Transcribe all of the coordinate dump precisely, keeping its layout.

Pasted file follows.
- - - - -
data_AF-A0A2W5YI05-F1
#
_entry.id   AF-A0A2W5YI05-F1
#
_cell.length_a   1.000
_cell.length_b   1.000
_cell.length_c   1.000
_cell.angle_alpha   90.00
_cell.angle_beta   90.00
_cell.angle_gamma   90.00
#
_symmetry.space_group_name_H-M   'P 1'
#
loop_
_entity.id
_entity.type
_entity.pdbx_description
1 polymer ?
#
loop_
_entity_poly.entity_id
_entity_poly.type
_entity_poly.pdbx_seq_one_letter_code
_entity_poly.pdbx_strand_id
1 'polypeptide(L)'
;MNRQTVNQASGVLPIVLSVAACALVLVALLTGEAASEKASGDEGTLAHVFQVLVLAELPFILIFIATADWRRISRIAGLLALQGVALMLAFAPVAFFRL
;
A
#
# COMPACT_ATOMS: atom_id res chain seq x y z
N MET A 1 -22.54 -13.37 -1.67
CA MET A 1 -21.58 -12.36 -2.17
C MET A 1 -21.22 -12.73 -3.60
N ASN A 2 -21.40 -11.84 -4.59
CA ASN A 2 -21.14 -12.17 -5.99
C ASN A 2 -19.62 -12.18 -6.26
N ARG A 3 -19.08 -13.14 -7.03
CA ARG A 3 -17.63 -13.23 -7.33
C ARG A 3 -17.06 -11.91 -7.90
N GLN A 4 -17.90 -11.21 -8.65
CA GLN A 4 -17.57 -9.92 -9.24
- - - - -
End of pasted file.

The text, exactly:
data_AF-A0A2W5YI05-F1
#
_entry.id   AF-A0A2W5YI05-F1
#
_cell.length_a   1.000
_cell.length_b   1.000
_cell.length_c   1.000
_cell.angle_alpha   90.00
_cell.angle_beta   90.00
_cell.angle_gamma   90.00
#
_symmetry.space_group_name_H-M   'P 1'
#
loop_
_entity.id
_entity.type
_entity.pdbx_description
1 polymer ?
#
loop_
_entity_poly.entity_id
_entity_poly.type
_entity_poly.pdbx_seq_one_letter_code
_entity_poly.pdbx_strand_id
1 'polypeptide(L)'
;MNRQTVNQASGVLPIVLSVAACALVLVALLTGEAASEKASGDEGTLAHVFQVLVLAELPFILIFIATADWRRISRIAGLLALQGVALMLAFAPVAFFRL
;
A
#
# COMPACT_ATOMS: atom_id res chain seq x y z
N MET A 1 -22.54 -13.37 -1.67
CA MET A 1 -21.58 -12.36 -2.17
C MET A 1 -21.22 -12.73 -3.60
N ASN A 2 -21.40 -11.84 -4.59
CA ASN A 2 -21.14 -12.17 -5.99
C ASN A 2 -19.62 -12.18 -6.26
N ARG A 3 -19.08 -13.14 -7.03
CA ARG A 3 -17.63 -13.23 -7.33
C ARG A 3 -17.06 -11.91 -7.90
N GLN A 4 -17.90 -11.21 -8.65
CA GLN A 4 -17.57 -9.92 -9.24